Calcium is one of the most significant minerals for your body. While calcium is needed for various body processes, it is pivotal to maintain healthy teeth and bones. Almost all calcium in the body is stored in bones and teeth. Bones form the backbone for your musculo-skeletal system, and without teeth, you will not be able to relish your favorite cuisines or win hearts with that cheerful smile.
What else do you need calcium for?
The body requires calcium for your muscles to move and for nerves to carry messages to and fro between your brain and other body parts. Not just this, blood vessels move blood throughout your body with the help of calcium. It also plays a role in the release of certain hormones that impact many functions in your body.
Sure you have enough calcium reserves? Book a test and know for yourself.
Calcium for bone and dental health
Not getting enough calcium has been linked with reduced bone mass and increased risk of bone fracture.
The outermost surface of the tooth, called the tooth enamel, is majorly made up of calcium phosphate molecules called hydroxyapatite. It is the hardest tissue in the body- even harder than the bone. It protects your teeth against erosion, decay and grinding pressures.
How does the body maintain blood calcium levels?
Calcium circulation in the blood is stringently regulated at any given time. Your body maintains the equilibrium by an efficient interplay of calcium absorbed (through the intestines), calcium mobilized (into and out of the bones and teeth), and calcium excreted (through the kidneys into the urine).
If the level of calcium in your blood drops, a gland called parathyroid glands releases a hormone called PTH (parathyroid hormone) into the blood. PTH has calcium regulating properties. It signals cells in bone to release calcium from the bone surfaces. It also triggers the kidney to reclaim more calcium before it is taken out in the urine. All of these make up for the lack of calcium in the blood. However, think of a situation where your body is dealing with a lack of calcium continuously, this may cause release of excessive calcium from your bones and teeth. Eventually, weakening your bones and teeth.
How can I get enough calcium naturally?
Your body cannot produce calcium. It needs to be taken through natural sources or calcium supplements. Here is a quick list of natural sources of calcium:
- Curd, Yogurt
- Sardines and salmon
- Green leafy vegetables, such as broccoli, spinach, turnip leaves
- Nuts and seeds, especially almonds, sesame, and chia
- Legumes and grains
- Fortified alternatives like fortified soy milk, fortified fruit juices, etc.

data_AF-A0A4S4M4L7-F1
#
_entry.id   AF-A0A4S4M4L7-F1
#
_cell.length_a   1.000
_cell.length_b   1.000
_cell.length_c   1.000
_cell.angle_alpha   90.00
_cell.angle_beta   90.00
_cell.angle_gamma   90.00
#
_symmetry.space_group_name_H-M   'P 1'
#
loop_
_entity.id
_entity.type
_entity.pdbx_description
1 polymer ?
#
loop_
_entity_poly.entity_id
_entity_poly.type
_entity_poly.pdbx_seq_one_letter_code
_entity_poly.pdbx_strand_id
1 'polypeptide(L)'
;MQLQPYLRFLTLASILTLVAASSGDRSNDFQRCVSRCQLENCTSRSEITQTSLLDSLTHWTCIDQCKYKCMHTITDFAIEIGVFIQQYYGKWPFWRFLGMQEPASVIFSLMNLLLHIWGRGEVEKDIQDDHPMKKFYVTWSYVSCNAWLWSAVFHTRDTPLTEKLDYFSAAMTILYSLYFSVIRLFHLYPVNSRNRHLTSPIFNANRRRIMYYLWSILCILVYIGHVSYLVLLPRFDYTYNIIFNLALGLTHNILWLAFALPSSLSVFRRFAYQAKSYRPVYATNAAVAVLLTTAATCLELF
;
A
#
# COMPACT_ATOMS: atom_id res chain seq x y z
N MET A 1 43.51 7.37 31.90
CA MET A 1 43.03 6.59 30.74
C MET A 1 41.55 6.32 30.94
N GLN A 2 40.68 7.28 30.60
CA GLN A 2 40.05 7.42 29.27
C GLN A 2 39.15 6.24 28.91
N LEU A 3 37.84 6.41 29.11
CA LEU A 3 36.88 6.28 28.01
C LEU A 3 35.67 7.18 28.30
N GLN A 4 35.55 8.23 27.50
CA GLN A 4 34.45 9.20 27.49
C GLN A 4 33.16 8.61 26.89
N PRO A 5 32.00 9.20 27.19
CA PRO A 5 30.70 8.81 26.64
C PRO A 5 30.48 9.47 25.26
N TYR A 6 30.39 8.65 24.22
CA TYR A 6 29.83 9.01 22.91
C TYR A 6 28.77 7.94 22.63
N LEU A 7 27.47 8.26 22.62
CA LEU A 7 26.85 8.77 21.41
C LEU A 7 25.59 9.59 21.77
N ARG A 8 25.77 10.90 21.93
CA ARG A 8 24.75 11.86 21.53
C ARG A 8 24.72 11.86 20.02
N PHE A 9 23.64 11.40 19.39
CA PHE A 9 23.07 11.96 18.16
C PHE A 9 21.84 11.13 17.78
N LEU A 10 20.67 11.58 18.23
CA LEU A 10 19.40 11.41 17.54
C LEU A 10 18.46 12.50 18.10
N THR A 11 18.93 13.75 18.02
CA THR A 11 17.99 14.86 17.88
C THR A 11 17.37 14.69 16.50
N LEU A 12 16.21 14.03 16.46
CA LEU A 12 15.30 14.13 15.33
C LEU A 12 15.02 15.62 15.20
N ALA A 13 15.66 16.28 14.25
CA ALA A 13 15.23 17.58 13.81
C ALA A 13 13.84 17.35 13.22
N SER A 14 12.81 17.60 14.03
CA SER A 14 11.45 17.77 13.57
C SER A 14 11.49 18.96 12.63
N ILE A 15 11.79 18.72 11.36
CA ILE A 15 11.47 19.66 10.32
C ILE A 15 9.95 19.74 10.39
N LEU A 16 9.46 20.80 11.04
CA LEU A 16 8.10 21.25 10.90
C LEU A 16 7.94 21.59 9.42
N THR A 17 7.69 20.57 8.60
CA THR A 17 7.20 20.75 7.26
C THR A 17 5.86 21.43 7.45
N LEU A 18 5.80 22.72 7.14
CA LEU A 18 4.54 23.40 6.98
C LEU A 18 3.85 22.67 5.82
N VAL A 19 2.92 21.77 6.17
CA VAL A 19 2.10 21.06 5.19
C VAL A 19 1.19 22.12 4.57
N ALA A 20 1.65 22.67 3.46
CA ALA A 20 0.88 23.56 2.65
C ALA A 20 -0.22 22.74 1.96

You should aim to get most of your daily nutrient intake from food and beverages, according to the health experts. These foods not only give you calcium but also contain vitamins, other minerals, and abundance of fiber that benefit health. However, if it is difficult to meet daily calcium demands through food, opt for fortified foods and calcium supplements
What happens if I don’t get enough calcium?
Lack of calcium can result into various bone and teeth related conditions like-
- Osteoporosis: A condition that causes weak, fragile bones and increases the risk of falling
- Rickets: A disease in children that results into softer, weaker bones
- Osteomalacia: The bone softening disease in adults is called osteomalacia.
Who can be at risk of having low calcium?
Anyone not getting enough calcium through diet can develop calcium deficiency. However, some specific group of people are more likely than others to have enough calcium levels, including:
- Women after menopause: The body absorbs and retains less calcium after menopause (permanent cessation of periods in women that occurs with age). This makes the bones fragile.
- People who don’t drink milk or eat other dairy products: Dairy products such as milk, paneer, curd are rich sources of calcium. However, people who are intolerant to lactose (milk sugar), have allergies to milk, or choose a vegan diet lose on the rich calcium source. They must look out for other sources of calcium like lactose-free dairy products, canned fish with bones, certain green leafy vegetables or calcium supplements as suggested by your doctor.
Who should consider calcium supplements?
If you have got your full body check up or calcium test done and found yourself deficient in calcium, it is pivotal to increase calcium intake and seek expert guidance if you need supplements.
At large, calcium supplements may be needed by people who follow a vegan diet, do not have enough dairy products, are getting long-term treatment with corticosteroids, and have certain digestive conditions that disrupt calcium absorption.
Calcium supplements are available in many forms and combinations like calcium citrate, calcium carbonate, and along with vitamin D and other minerals. Talk with your doctor or dietitian about which calcium supplement is right for you. A few people may experience gastric upset with supplements. Take your dose with food to reduce the occurrence or intensity of any side effects.